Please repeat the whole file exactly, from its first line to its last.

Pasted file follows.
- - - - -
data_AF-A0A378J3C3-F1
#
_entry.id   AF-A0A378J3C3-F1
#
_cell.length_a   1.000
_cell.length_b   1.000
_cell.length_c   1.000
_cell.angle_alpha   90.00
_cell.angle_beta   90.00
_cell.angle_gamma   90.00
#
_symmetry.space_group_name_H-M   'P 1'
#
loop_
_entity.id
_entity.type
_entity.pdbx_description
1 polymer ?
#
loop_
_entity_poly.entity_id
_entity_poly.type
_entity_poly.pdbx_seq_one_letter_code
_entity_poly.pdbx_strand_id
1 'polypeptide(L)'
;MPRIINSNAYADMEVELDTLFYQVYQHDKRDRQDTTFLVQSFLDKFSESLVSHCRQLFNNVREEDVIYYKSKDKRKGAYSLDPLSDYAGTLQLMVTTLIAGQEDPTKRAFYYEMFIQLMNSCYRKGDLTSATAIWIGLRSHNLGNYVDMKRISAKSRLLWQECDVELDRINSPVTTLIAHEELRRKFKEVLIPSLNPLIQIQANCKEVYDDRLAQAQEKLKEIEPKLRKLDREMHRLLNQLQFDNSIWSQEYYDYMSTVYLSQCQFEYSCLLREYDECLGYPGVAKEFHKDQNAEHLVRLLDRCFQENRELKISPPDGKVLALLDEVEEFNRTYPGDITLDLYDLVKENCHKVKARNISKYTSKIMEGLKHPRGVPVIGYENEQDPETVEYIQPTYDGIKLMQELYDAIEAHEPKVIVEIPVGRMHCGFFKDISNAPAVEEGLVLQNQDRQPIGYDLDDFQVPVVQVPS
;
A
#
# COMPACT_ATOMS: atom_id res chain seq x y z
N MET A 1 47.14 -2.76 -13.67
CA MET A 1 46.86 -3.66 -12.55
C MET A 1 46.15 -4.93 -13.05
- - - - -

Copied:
data_AF-A0A378J3C3-F1
#
_entry.id   AF-A0A378J3C3-F1
#
_cell.length_a   1.000
_cell.length_b   1.000
_cell.length_c   1.000
_cell.angle_alpha   90.00
_cell.angle_beta   90.00
_cell.angle_gamma   90.00
#
_symmetry.space_group_name_H-M   'P 1'
#
loop_
_entity.id
_entity.type
_entity.pdbx_description
1 polymer ?
#
loop_
_entity_poly.entity_id
_entity_poly.type
_entity_poly.pdbx_seq_one_letter_code
_entity_poly.pdbx_strand_id
1 'polypeptide(L)'
;MPRIINSNAYADMEVELDTLFYQVYQHDKRDRQDTTFLVQSFLDKFSESLVSHCRQLFNNVREEDVIYYKSKDKRKGAYSLDPLSDYAGTLQLMVTTLIAGQEDPTKRAFYYEMFIQLMNSCYRKGDLTSATAIWIGLRSHNLGNYVDMKRISAKSRLLWQECDVELDRINSPVTTLIAHEELRRKFKEVLIPSLNPLIQIQANCKEVYDDRLAQAQEKLKEIEPKLRKLDREMHRLLNQLQFDNSIWSQEYYDYMSTVYLSQCQFEYSCLLREYDECLGYPGVAKEFHKDQNAEHLVRLLDRCFQENRELKISPPDGKVLALLDEVEEFNRTYPGDITLDLYDLVKENCHKVKARNISKYTSKIMEGLKHPRGVPVIGYENEQDPETVEYIQPTYDGIKLMQELYDAIEAHEPKVIVEIPVGRMHCGFFKDISNAPAVEEGLVLQNQDRQPIGYDLDDFQVPVVQVPS
;
A
#
# COMPACT_ATOMS: atom_id res chain seq x y z
N MET A 1 47.14 -2.76 -13.67
CA MET A 1 46.86 -3.66 -12.55
C MET A 1 46.15 -4.93 -13.05